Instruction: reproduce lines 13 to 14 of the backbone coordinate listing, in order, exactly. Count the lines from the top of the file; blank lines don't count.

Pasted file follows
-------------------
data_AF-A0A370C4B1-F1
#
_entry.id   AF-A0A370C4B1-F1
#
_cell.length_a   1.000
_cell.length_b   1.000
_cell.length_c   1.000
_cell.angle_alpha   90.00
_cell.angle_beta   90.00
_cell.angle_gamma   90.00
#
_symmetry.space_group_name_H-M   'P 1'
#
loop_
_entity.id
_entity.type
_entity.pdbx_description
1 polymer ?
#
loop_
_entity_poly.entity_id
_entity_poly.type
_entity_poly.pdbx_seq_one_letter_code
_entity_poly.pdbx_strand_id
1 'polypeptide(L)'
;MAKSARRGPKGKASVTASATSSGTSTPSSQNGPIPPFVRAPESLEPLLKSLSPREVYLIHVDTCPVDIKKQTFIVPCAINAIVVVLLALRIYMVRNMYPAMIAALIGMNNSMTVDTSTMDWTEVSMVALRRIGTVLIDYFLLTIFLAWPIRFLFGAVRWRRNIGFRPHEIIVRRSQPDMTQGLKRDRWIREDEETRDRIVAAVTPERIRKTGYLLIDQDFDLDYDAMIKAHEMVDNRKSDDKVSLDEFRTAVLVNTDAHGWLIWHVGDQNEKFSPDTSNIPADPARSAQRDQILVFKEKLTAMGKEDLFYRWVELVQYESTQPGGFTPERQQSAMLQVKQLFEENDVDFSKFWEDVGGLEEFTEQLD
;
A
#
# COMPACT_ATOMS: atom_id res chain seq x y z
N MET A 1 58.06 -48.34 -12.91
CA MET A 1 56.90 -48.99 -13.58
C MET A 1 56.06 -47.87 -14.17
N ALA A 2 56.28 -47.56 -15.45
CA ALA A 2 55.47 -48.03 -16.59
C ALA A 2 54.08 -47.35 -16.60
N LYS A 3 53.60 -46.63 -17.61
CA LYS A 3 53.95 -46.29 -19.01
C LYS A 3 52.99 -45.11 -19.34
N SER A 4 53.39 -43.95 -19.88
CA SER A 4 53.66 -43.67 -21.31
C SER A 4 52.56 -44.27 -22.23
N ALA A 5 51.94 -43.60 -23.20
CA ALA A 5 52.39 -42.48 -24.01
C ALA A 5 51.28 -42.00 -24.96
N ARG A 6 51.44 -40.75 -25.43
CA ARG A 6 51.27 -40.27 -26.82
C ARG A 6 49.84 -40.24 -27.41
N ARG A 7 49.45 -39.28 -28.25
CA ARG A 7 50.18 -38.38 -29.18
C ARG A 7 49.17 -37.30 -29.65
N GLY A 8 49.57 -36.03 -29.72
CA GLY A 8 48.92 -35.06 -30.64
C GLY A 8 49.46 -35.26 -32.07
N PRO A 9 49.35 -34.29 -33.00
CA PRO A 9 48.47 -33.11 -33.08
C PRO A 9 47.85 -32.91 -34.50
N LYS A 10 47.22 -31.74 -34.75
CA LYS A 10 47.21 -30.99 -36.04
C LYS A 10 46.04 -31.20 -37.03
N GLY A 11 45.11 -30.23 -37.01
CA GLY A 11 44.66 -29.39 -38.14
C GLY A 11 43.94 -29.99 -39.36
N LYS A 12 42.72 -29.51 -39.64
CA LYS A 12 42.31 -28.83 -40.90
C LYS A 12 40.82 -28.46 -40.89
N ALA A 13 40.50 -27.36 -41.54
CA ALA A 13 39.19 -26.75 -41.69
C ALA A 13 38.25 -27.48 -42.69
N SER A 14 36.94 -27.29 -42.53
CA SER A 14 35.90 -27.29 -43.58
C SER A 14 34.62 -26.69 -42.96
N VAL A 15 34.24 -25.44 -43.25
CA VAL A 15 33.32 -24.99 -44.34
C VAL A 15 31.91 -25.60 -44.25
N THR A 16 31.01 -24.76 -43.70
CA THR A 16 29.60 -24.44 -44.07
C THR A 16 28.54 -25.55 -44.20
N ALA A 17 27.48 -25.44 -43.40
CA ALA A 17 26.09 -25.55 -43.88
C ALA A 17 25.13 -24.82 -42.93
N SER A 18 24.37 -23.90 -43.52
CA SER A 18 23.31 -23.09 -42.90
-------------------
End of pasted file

#
loop_